Work surface (Worktops) of the Kitchen Cabinet

November 1, 2008

Laminate Worktops

Laminate Worktops

Solid Surface Worktops

Solid Surface Worktops

Wood Worktops

Wood Worktops

Granite Kitchen Worktops

Granite Worktops

COncrete Kitchen Worktops

Concrete Worktops

Stainless Steel Kitchen Worktops

Stainless Steel Kitchen Worktops

All above pictures from JohnPorter Kitchens & Worktops

The work surface in your kitchen have to satisfy a number of stringent requirements. They should be easy to clean and without nooks and crannies that could harbor germs. They must to tough enough to withstand wear and tear, and resistant to knife marks, heat, steam and water. As every material has different qualities, the ideal solution may be different surface in different areas of the kitchen.

Buy the thickest work surface you can afford. They usually come in 30mm and 40mm thicknesses, and the latter is recommended to avoid warping, cracking and heat damage. Prices are generally in linear metres, but bear in mind that most worktops need to be fitted by a professional, which will add to the overall cost, as will cutting or shaping for corners, sinks, taps and hobs.


They are inexpensive and come in a huge variety of colours and styles, but tiled worktops have major disadvantages, the tile are liable to crack and craze unless treated gently, and their grout quickly becomes dirty.


Modern concrete is hugely versatile, can be preformed into sheets or cast on site into any size or shape, and comes in a range of colours and finishes. As a kitchen surface, it is extremely hard-wearing and be waterproof as long as it has been properly sealed. To avoid damaging the sealent it’s advisable not to place very hot pans on the surface or to cut directly on it.


Usually a value for money option, these are made from a chipboard or paper core, wrapped in a thin veneer of transparent plastic (melamine). Sandwiched between is a decorative sheet which can be printed in an almost endless variety of colours and patterns. Although they are heat and scratch resistant, it is quite difficult to repair a damaged laminate surface. Rounded edges are less likely to chip. High pressure laminates are most durable choice, as inexpensive low-pressure versions may not be terribly heat or knife-resistant. Check that the underside has been sealed, or you may get water damage from appliances underneath.

Manmade Solid Surface

These versatile and attractive composite surfaces are made from a mix of acrylic resin and minerals. In a huge range of colours and patterns, they are non-porous, easy to clean and heat and stain-resistant. Minor burns or scratches can simply be sanded out. They can be pre-formed to any shape or size, with no visible joins, but need to be installed by a professional.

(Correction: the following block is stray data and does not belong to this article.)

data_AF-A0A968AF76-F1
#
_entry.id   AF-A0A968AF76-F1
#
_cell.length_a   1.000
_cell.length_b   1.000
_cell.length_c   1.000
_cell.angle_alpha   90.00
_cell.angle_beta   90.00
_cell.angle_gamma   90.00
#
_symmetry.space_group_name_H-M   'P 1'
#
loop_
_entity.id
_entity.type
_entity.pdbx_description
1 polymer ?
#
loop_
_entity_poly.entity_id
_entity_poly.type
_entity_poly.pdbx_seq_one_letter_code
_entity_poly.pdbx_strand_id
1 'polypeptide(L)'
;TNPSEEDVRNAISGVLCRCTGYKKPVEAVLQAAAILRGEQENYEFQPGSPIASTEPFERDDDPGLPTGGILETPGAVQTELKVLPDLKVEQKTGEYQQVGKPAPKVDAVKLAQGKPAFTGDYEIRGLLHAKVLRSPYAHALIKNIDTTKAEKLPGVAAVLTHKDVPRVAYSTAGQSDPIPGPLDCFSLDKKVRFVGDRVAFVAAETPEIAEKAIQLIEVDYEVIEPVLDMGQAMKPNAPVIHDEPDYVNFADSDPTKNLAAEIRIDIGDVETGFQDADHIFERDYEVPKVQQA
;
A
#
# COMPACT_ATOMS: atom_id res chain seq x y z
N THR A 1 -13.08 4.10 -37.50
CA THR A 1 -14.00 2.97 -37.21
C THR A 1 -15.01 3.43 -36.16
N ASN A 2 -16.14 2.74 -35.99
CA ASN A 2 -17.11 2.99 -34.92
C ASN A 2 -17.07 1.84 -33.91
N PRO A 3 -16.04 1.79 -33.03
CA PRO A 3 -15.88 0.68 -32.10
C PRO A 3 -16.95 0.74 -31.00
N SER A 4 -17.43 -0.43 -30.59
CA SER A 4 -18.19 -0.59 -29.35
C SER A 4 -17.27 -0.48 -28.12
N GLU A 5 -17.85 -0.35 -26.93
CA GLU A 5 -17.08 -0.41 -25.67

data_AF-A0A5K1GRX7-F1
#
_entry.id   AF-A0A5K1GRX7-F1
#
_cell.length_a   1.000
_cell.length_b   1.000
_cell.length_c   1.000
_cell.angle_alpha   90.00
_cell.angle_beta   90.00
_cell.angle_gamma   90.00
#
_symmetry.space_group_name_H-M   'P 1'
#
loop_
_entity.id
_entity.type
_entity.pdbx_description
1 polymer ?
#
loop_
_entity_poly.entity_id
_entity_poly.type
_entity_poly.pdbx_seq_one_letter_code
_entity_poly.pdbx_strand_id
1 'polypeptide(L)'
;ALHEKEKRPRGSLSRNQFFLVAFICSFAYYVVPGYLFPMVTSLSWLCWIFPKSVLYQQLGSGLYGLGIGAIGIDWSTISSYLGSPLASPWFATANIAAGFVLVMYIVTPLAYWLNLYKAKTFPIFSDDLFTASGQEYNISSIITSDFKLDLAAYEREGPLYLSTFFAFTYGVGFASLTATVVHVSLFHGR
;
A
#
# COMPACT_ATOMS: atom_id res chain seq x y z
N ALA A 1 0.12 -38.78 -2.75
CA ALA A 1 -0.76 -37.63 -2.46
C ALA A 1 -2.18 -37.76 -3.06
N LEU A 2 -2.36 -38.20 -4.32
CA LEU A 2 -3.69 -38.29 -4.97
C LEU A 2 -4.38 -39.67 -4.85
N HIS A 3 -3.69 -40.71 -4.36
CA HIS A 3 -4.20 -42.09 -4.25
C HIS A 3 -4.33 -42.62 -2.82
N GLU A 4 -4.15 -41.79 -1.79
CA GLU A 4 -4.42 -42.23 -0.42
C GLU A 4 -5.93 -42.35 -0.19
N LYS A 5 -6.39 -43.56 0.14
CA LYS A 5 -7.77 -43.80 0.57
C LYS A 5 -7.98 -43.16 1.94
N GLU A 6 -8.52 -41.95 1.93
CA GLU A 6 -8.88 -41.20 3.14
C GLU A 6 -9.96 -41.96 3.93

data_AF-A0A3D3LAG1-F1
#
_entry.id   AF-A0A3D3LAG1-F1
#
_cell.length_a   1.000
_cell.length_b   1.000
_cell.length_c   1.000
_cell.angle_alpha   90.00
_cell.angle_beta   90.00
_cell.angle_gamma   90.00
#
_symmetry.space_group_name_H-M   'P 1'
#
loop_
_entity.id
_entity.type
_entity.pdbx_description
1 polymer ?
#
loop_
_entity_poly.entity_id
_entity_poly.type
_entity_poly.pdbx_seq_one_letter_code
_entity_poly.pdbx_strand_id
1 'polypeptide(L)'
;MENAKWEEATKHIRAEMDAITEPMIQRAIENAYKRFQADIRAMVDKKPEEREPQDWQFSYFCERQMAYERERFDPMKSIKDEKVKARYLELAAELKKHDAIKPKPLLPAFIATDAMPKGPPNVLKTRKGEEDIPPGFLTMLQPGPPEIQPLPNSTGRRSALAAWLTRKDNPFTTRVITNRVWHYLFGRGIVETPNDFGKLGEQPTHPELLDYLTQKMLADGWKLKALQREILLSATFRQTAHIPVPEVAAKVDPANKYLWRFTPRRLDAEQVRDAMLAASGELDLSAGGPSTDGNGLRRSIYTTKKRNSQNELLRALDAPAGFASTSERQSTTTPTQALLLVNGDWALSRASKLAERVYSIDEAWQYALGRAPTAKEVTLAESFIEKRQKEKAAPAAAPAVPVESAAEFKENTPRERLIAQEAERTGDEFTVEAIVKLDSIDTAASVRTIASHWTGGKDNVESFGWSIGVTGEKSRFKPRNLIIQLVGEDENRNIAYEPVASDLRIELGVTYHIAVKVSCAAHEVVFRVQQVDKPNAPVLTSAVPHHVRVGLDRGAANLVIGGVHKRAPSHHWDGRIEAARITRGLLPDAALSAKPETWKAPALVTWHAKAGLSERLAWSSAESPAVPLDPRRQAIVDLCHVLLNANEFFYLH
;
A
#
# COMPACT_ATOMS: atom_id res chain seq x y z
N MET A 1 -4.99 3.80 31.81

Professional kitchens are almost always made of stainless steel because it is hygienic, heatproof, waterproof and hand-wearing. Stainless-steel worktops are now commonplace in domestic setting, too but they will scratch and show finger marks very quickly. Eventually, these marks wear to an attractive, all over patina. Brushed and satiny surface wear better than highly polished ones. Avoid cheap, thin steel at least 0.9 mm thick Is recommended for durability. Zinc starts off looking like stainless steel and then dulls to resemble pewter. Being a soft metal, zinc will mark and scratch extremely easily.


Stone is generally an expensive choice, but looks beautiful and last a lifetime. Granite is the toughest, most durable option, heatproof, water resistant, easy to clean and almost completely impervious to scratches. Slate, limestone and marble are more delicate, they are relatively porous and so can stain easily unless treated with specialist sealant. Treat with care, however, and they will age beautifully. Remember to ensure that the units underneath are strong enough to take the weight of a stone surface.


Terrazzo is a mix of marble, granite and sometimes glass fragments in a cement base, ground and polished to a glossy finish. The range of effects is endless, though this is not stain and is extremely durable and hard-wearing.


Elegant and timeless, solid hardwood surfaces are reasonable heat-resistant, and slight burns or knife marks cab be sanded away. If used around a sink, they require regular sealing with oil, varnish or wax to prevent water damage (some woods, such as teak and iroko, are naturally oilier than others and so need less maintenance). Wood has anti-bacterial qualities, making it a healthy choice.

Kitchen Cabinet Kuala Lumpur – A Kitchen Cabinet Designer and Consultant in Kuala Lumpur Malaysia.